Wednesday, August 27, 2014

Special powers.

Taken by a very tall man. Los Angeles 2014
 I've been wearing spectacles ever since I was a little girl of nine or so. At first, for reading the writing on the black board at school. For years I walked around in a fuzz, not realising that I needed to wear them all the time. Then, when I was sixteen, I got my first pair of contact lenses. Epiphany: the trees are not big green blobs - they are made up of leaves! And the boys have very hairy legs. (My mom remembers me telling her that)

I've always known my eyes are bad, but it was a shock to me when my optometrist told me that if I had been born in the middle ages, I would have a staff and someone would have had to lead me around - in fact, if my right eye was just a little weaker, I would be legally blind. Not in darkness, but without aid I saw only light, colour and blurry shapes. The long legged man often stands in the doorway and smiles at me - I know this because I hear the tiny kiss of the corners of his mouth. For what my maker took away in sight, I was compensated for with a fine set of ears.

 Last monday I went to see the Superman of corneas, Dr. Michael Attenborough. By a stroke of luck, I was bumped up to have PRK laser surgery on thursday - the waiting list is normally months long. It was over within minutes: the pasting of eyelashes with special curved tape, the flashing lights, the ice cold drops and a smell I'd rather not remember. Gentle words of encouragement from the doctor and the firm pressure of a nurse's hand on my arm the entire time.

I asked him a few days later what it felt like to bring such miraculous change to people's lives. He said that often it doesn't feel like work - in a case like mine, it's actually fun. Then he showed me some of the other work he's done - cornea transplants for people with cataracts covering the entire eye. He has special powers that man, and a very steady hand.

I can now read the teeniest little words on the eye dropper bottle. I've just done some darning and could thread the needle - piece of cake. Long distances are still settling in - there's a haze. But it's early days yet and just another lesson in patience.

The eyes can do a thousand things that the fingers cannot.
- Iranian proverb.

Sanell Aggenbach

Sunday, August 17, 2014


Surely there can be no better balm for the world-weary than a week on the West Coast.

We go at slightly different times every year, but the changes are vast - the flowering plants, the behaviour of animals...

Tortoises busy with their tortoise business. A few lonesome francolins still chirrup, looking for mates. Bulbuls and wattled starlings splashing in the birdbath - sometimes six thick. At dusk - a rim of pale yellow still on the horizon - a large owl swooped low and over us, going who knows where. On a sunny afternoon a pied crow came soaring straight towards me. But then had a change of heart.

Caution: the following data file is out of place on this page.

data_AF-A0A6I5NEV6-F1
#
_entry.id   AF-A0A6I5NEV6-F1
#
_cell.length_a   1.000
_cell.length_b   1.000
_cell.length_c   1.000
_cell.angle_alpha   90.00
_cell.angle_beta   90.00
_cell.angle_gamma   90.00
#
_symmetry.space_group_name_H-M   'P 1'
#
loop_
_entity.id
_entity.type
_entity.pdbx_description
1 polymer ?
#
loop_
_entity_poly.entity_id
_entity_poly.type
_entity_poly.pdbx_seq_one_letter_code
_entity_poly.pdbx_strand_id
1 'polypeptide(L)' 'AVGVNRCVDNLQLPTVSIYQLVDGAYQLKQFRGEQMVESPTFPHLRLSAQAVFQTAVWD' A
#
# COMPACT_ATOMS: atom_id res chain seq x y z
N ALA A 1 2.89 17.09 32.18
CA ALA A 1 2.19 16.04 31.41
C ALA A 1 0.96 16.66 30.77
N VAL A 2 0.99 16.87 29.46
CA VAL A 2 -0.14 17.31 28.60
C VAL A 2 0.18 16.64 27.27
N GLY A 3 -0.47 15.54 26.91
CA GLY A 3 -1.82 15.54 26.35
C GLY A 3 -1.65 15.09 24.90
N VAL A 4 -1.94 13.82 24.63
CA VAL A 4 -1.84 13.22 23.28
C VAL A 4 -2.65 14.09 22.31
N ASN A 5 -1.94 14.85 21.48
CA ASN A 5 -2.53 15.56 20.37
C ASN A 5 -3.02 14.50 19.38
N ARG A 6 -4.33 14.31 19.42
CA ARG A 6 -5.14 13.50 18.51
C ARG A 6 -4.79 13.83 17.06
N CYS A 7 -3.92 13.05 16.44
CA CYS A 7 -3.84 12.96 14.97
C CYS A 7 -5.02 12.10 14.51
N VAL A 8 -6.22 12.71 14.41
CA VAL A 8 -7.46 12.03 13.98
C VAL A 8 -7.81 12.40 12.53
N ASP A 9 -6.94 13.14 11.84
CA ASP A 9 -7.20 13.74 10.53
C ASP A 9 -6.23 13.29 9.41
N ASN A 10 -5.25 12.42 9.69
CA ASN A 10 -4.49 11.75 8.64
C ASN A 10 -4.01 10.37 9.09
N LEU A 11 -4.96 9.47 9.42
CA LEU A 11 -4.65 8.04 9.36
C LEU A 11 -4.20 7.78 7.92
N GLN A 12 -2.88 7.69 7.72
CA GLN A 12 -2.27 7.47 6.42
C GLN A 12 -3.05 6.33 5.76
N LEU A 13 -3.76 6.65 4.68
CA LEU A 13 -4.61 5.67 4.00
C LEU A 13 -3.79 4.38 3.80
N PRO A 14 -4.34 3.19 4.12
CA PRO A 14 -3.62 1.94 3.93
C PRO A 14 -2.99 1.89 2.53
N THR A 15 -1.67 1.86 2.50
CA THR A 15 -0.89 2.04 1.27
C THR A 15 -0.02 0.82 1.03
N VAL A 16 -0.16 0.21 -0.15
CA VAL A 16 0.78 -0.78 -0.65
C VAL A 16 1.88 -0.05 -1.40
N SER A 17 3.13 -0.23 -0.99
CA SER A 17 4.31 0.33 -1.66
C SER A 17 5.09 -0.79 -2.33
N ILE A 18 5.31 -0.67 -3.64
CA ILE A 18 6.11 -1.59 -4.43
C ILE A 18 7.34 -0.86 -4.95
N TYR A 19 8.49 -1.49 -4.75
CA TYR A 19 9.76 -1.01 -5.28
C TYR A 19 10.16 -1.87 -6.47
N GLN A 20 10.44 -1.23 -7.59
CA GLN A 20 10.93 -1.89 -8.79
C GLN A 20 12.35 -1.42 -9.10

The constant honking of the flamingoes - nothing on earth more beautiful than those jesters taking flight.

Strange landscapes we found ourselves in. Glimpses of movement and colour through the reeds.

Growth and gentle decay.

Saturday, August 9, 2014

Boxes. Balls of wire.

I enjoyed reading Mark Gungor's take on the difference between the brain of a man and a woman. He says a man's brain consists of many small boxes. The boxes get taken out and opened one by one.
The boxes do not touch.

A woman's brain consists of a big ball of wire and everything is connected. It made for a rueful laugh, as it rings so very true. The tall man says he suspects there are smaller balls of wire leading off from my big one.
And I am convinced that he has at least one large box full of wire...

There was a concert this week. Heartstrings... wires, electricity, emotion. Call it what you will. Mine were sparking. Willy Mason: boy from the north-east. Such charm and wit, such talent. Smooth talker, voice like molasses. One understands what makes girls throw their underwear at musicians and wonders why no-one did,
last wednesday night.

By the time Cat Power cantered onto the stage, I was a quivering crow's nest of live wire. Useless at photography: two black frames, three blurred. Found wanting. Chewed up, swallowed whole.
Over the moon.

She reminded me that famous people are normal people too. And then. That voice.

Today finds me cooking hero food - food that will find it's way to a film set. Cooking this kind of very specific food is a dubious honour - perhaps our Nooi van Benoni doesn't actually like bobotie. Most definitely, if they do many takes, there will be a bucket for her to discreetly spit unchewed mouthfuls into. Maybe Mr Penn decides bobotie is just too weird and calls for fried chicken instead.

There's buttered yellow rice too. With raisins and honey.
But by the time they serve it, we'll be far away.